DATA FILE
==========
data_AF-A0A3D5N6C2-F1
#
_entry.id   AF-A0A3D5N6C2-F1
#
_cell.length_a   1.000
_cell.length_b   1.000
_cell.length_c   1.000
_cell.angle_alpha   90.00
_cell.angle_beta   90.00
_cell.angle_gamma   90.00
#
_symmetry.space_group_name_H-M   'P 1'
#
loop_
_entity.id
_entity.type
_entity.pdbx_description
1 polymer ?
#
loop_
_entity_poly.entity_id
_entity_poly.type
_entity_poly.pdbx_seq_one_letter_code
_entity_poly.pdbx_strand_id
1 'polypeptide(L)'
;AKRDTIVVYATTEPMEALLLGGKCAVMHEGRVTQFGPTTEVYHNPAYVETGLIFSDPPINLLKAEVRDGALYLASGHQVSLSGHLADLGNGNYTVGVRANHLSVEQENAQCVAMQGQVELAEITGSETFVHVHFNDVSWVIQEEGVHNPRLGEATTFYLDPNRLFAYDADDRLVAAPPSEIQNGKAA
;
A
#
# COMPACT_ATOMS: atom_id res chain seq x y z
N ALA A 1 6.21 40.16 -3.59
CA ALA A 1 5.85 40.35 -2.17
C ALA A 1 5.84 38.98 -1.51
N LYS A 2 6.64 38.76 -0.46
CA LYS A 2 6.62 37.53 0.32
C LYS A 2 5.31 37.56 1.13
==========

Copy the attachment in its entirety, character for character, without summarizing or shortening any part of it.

data_AF-A0A3D5N6C2-F1
#
_entry.id   AF-A0A3D5N6C2-F1
#
_cell.length_a   1.000
_cell.length_b   1.000
_cell.length_c   1.000
_cell.angle_alpha   90.00
_cell.angle_beta   90.00
_cell.angle_gamma   90.00
#
_symmetry.space_group_name_H-M   'P 1'
#
loop_
_entity.id
_entity.type
_entity.pdbx_description
1 polymer ?
#
loop_
_entity_poly.entity_id
_entity_poly.type
_entity_poly.pdbx_seq_one_letter_code
_entity_poly.pdbx_strand_id
1 'polypeptide(L)'
;AKRDTIVVYATTEPMEALLLGGKCAVMHEGRVTQFGPTTEVYHNPAYVETGLIFSDPPINLLKAEVRDGALYLASGHQVSLSGHLADLGNGNYTVGVRANHLSVEQENAQCVAMQGQVELAEITGSETFVHVHFNDVSWVIQEEGVHNPRLGEATTFYLDPNRLFAYDADDRLVAAPPSEIQNGKAA
;
A
#
# COMPACT_ATOMS: atom_id res chain seq x y z
N ALA A 1 6.21 40.16 -3.59
CA ALA A 1 5.85 40.35 -2.17
C ALA A 1 5.84 38.98 -1.51
N LYS A 2 6.64 38.76 -0.46
CA LYS A 2 6.62 37.53 0.32
C LYS A 2 5.31 37.56 1.13